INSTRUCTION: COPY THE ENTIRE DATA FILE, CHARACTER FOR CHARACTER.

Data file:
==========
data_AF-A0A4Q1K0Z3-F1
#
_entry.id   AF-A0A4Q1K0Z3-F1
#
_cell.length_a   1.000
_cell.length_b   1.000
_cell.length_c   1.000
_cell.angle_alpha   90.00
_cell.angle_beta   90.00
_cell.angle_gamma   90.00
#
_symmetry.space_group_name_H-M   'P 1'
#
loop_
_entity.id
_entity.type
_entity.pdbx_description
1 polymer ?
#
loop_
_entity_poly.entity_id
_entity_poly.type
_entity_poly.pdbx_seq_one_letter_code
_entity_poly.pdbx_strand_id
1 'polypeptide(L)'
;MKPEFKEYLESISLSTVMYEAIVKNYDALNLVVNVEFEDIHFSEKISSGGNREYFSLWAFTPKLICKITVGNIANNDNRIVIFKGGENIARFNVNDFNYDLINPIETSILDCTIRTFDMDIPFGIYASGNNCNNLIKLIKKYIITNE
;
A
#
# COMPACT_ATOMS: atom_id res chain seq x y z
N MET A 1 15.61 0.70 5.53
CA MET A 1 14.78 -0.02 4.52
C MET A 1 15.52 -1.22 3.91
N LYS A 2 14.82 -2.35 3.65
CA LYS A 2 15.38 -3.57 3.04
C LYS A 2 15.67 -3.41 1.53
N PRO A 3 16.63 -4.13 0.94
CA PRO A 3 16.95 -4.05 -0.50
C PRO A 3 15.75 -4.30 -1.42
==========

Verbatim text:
data_AF-A0A4Q1K0Z3-F1
#
_entry.id   AF-A0A4Q1K0Z3-F1
#
_cell.length_a   1.000
_cell.length_b   1.000
_cell.length_c   1.000
_cell.angle_alpha   90.00
_cell.angle_beta   90.00
_cell.angle_gamma   90.00
#
_symmetry.space_group_name_H-M   'P 1'
#
loop_
_entity.id
_entity.type
_entity.pdbx_description
1 polymer ?
#
loop_
_entity_poly.entity_id
_entity_poly.type
_entity_poly.pdbx_seq_one_letter_code
_entity_poly.pdbx_strand_id
1 'polypeptide(L)'
;MKPEFKEYLESISLSTVMYEAIVKNYDALNLVVNVEFEDIHFSEKISSGGNREYFSLWAFTPKLICKITVGNIANNDNRIVIFKGGENIARFNVNDFNYDLINPIETSILDCTIRTFDMDIPFGIYASGNNCNNLIKLIKKYIITNE
;
A
#
# COMPACT_ATOMS: atom_id res chain seq x y z
N MET A 1 15.61 0.70 5.53
CA MET A 1 14.78 -0.02 4.52
C MET A 1 15.52 -1.22 3.91
N LYS A 2 14.82 -2.35 3.65
CA LYS A 2 15.38 -3.57 3.04
C LYS A 2 15.67 -3.41 1.53
N PRO A 3 16.63 -4.13 0.94
CA PRO A 3 16.95 -4.05 -0.50
C PRO A 3 15.75 -4.30 -1.42